Customer Asking To Quote "Real" Price

We quoted our customer with MSRP prices line by line, and then at the end gave them a single global discount before sub-totaling and adding the sales tax.

This serves 2 purposes:

1. Our customer can use each single MSRP as a price guide to calculate margin or use it directly to re-quote / re-sell to their own end users.

2. Avoid our customer to take our proposal to our competitor and bargain a better price with our quotation.

Now customer e-mailed us back to disclose line by line each item with their own discount. Best approach to handle this ??

1. Reply with a "sorry, our company policy is only quote MSRP prices" ??

2. Do as customer is asking us to.

If your discount is the same across the board, couldn't the customer figure it out themselves?

Say you quoted 5 cameras, mounts, etc...and discounted the whole thing 40% off MSRP. Can't a customer look at line 1 and take 40% and come up with the price for that line?

If so, why not break it out for them? i.e. do the math.

If the discount by line is variable or the quote includes line(s) of labor, that may make it more of a challenge.

Break it out line by line, ask to meet with the person who can make buying decisions face to face and bring a contract and itemized proposal with you. Go with the intention of closing this deal. But don't disclose line by line without a face to face first. Be diplomatic about getting a meeting, don't be a jerk.

I would not comply with their request. It is playing into their "games", and customers who go back and fourth playing price games are a simple waste of time for the fact that they have no respect for you, your time, your knowledge, and skill.... and they need to go.

Tell them your price is what they see, and you do not partake in price games because your time and skill come with a price.

If you think the customer is worth it, I think its worth giving in to their request. We live in a day and age where customers want more transparency and convenience. You then shift the focus towards what your services are and how much you are better than the competition, this stuff cant be shopped like prices can. If they are truly a price-based customer and does not care about service, then they could be more trouble than they are worth.

This is why its important to never try to win business based just off price. You have to find differentiating factors to set yourself apart from everyone else selling similar stuff at similar or lower prices.

We get asked to price match all day and every day, and we wont do it 95% of time. Reason being is we have alot more to offer than companies selling the products at lower prices. Better warranty, better tech support, better all around service. Most of your companies quoting lower than you probably have lower overhead, which could mean lower quality service.

So in my opinion, quote them line item, then focus on your differentiating factors. If they ask you to price match, simply say with confidence "No Im sorry we cant do that because we do this and this and this, and that other company simply cannot do all those things"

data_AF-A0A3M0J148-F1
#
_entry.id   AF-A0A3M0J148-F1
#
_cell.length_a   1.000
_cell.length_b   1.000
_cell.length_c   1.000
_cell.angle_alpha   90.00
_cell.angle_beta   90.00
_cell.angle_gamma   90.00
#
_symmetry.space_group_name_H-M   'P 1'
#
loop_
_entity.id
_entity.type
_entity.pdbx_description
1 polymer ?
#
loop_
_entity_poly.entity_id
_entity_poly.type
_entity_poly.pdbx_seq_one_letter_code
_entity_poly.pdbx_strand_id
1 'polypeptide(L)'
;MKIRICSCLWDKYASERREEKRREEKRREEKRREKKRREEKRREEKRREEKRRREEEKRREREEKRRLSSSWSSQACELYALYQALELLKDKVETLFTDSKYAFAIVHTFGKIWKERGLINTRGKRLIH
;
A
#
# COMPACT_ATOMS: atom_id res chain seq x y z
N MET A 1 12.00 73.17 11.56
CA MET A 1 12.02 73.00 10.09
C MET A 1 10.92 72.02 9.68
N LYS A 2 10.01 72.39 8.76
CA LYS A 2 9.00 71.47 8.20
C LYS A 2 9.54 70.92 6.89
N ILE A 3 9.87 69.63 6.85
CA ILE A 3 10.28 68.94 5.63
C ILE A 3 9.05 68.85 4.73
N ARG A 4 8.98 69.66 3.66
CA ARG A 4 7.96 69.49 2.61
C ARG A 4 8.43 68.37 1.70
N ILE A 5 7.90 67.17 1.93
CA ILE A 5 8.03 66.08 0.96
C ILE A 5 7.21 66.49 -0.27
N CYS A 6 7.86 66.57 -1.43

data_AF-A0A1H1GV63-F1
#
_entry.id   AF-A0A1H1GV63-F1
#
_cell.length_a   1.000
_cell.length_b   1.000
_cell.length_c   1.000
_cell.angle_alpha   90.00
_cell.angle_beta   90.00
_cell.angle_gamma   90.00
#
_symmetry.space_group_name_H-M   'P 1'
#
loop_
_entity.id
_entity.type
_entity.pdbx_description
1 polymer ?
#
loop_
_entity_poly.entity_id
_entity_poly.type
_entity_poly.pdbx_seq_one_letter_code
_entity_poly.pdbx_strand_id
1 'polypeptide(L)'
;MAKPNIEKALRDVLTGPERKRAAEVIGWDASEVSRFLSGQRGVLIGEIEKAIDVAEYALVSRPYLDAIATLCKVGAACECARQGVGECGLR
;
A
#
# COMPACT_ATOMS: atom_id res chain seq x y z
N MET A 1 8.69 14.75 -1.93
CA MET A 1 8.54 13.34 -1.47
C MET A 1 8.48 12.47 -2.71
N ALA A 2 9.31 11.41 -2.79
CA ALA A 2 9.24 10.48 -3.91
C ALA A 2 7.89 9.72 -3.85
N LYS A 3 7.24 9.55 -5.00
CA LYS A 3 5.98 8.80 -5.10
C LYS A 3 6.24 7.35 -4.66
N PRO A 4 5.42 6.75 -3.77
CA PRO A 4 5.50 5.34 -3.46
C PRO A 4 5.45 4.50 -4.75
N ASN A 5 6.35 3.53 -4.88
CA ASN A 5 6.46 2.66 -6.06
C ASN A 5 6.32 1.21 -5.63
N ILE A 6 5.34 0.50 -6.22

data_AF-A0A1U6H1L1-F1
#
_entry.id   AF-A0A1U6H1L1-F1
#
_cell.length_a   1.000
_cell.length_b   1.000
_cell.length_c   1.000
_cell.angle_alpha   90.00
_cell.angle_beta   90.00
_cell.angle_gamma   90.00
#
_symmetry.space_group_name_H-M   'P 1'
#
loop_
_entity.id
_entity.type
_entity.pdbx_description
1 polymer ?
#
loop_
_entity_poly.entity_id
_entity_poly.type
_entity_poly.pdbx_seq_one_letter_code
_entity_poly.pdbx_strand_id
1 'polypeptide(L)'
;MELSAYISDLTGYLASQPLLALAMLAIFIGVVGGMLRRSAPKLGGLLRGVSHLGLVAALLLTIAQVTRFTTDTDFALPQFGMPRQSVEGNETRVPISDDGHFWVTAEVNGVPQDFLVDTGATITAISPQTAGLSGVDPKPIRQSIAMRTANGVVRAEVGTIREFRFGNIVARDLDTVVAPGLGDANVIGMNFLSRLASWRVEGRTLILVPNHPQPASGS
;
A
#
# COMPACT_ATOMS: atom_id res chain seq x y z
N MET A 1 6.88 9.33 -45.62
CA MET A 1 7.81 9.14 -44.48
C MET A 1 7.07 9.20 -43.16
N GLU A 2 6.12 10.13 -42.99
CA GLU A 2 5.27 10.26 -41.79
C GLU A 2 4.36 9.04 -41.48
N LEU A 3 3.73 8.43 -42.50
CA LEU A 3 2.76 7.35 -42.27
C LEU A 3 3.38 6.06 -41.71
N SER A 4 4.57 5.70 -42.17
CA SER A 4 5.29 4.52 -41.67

A smaller company doesn't necessarily mean lower quality service.

@ Undisclosed 5

I am a low overhead contractor, I have been in the security business for over 20 years, I know the business,the clients and the processes for quoting and closing sales. But I can not even fathom HOW you equate low overhead with low quality, that is somewhat of an elitist mis-statement.

I have grown my business on giving my customers concierge level service, my low overhead allows me to offer better pricing and lower labor cost. My average system is Mid level cameras, mostly HIK OEMed equipment, but I have installed full Bosch PTZ systems with fiber backbone out 4 miles(not the cheap stuff)I build custom NVRs and only recently left my elitist approach and started using embedded NVR/DVR systems to capture a niche that I had missed out on. I go up against the larger companies in my market area often, and most of the time I win,

I have the reputation for quality and service

The mentality that someone without a high overhead office and warehouse is a trunk slammer shows how you look down on your competition. Generally as a rule I find that my high overhead competition is quoting the bottom of the barrel prices to compete and make up for their high labor rates.Or I have seen cheap chinese at exorbitant prices, I have high overhead competition that sells DIY labeled equipment with high margins. Overhead does not and will not have an impact on my quality of sale or service.

Every proposal that I send out be it a large commercial system , or a small residential system is line item, I go in with full disclosure and full warranty statements,and feel that anyone that doesn't do this is doing a dis-service to their clients and hiding stuff in their quotes, I have seen it over and over.

I have grown my business on giving my customers concierge level service, my low overhead allows me to offer better pricing and lower labor cost.

"You get what you don't pay for" :)